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Published September 13, 2010, 06:29 PM

Raising the Embankment to Meet Specifications

If you're in the Lake Region, you've probably seen hundreds of trucks driving back and forth, and you will for a while. Companies are working on the embankment that does not meet dam specifications.

Whether you're coming, or going, you'll see trucks hauling dirt.

They're working on the embankment south of Devils Lake.

Because the lake does not have a principal spillway or an emergency spillway the embankment does not meet some requirements.

Mike Grafsgaard, Devils Lake City Engineer, says "the embankment that was constructed and has been built was designed to hold back water to a 1455 feet lake elevation. That's over three feet higher than it is today."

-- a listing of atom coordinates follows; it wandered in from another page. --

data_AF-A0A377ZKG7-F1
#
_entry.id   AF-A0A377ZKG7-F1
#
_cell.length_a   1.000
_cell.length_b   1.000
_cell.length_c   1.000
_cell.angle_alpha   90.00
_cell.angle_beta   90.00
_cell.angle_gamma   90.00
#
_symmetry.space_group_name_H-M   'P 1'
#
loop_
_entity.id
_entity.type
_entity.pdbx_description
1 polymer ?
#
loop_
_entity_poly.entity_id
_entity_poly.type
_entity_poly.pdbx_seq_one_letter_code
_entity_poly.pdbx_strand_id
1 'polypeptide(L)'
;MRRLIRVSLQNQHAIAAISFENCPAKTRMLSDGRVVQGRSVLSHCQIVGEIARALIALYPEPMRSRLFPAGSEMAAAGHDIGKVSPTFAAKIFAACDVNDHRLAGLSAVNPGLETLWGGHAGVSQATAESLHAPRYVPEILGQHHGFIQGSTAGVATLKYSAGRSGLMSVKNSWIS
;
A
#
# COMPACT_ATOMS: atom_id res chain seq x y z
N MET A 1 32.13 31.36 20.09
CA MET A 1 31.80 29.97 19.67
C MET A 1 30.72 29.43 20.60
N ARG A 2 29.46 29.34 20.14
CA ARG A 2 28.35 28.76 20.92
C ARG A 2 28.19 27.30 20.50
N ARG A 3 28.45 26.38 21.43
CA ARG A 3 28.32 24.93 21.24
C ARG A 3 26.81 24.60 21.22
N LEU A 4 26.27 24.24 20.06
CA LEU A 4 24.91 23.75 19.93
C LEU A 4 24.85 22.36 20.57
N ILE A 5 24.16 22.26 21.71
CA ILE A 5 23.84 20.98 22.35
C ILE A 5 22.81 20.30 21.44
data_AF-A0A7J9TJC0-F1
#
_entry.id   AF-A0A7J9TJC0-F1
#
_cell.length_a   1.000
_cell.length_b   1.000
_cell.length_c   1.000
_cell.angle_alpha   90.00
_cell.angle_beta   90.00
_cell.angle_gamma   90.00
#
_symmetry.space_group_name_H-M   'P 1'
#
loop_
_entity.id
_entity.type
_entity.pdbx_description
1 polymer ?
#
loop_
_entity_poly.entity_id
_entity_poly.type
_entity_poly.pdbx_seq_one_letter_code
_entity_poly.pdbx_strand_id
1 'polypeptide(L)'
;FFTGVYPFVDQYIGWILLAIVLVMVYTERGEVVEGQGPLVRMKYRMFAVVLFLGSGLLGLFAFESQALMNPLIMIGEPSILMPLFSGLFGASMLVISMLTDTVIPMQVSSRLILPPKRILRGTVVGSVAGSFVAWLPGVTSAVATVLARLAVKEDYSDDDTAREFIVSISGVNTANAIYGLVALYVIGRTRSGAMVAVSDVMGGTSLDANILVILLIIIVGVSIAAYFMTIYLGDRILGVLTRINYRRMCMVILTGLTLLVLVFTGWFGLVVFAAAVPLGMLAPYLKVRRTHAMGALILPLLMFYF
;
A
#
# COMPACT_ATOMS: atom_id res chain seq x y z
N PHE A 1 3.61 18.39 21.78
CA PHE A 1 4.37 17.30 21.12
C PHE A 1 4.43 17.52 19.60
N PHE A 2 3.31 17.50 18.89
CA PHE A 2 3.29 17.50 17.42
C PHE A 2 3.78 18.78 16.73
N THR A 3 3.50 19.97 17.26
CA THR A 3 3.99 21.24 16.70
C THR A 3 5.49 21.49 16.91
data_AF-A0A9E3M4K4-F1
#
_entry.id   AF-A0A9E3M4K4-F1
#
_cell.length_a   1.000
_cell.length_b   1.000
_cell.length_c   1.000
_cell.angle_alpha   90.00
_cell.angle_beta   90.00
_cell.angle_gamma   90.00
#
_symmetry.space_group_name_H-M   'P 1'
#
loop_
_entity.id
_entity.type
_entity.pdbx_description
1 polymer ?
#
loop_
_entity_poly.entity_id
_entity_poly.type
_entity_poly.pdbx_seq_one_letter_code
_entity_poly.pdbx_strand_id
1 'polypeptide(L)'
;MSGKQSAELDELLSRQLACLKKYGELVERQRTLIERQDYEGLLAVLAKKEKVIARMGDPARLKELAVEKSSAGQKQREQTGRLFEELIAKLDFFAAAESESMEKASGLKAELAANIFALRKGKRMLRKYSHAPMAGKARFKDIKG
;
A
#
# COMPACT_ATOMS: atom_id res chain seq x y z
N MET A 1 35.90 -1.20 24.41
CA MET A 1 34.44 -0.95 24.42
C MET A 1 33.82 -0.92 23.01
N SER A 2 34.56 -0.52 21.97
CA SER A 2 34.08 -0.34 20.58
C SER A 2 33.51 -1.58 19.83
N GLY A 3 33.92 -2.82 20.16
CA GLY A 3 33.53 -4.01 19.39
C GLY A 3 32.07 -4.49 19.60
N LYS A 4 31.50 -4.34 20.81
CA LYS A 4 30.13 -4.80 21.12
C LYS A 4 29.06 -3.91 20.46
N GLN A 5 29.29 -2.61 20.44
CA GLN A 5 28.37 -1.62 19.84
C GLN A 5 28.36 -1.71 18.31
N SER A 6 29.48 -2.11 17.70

The more than $100 million project is being split into different sections all to be completed within three years.

"The lake continues to rise even though we've done the flood protection around the city theres many areas that are outside of the flood protection that aren't protected that are continuing to be impacted," Grafsgaard said.

Currently there are eight miles of embankment adjacent to Devils Lake, soon there will be 12.

"With the risk that the lake is going to continue to rise we have to make sure that we take the next necessary steps to meet dam safety requirements," Grafsgaard said.

Because water comes into the lake faster than it is let out, the risk is too great.

"I think the risk is unacceptable for the flood protection requirements and therefore in essence we're required at this point to raise the flood protection to offer the additional protection for the city residents as well as the adjoining property," Grafsgaard said.

A lot of work has already been done, but there is much more to do.

"I think there's a lot of work that as to be done, there's a lot of things we probably should be doing," Grafsgaard said.

75% of the project is being paid for by the federal government. The other 25% comes from a non-federal cost-share.

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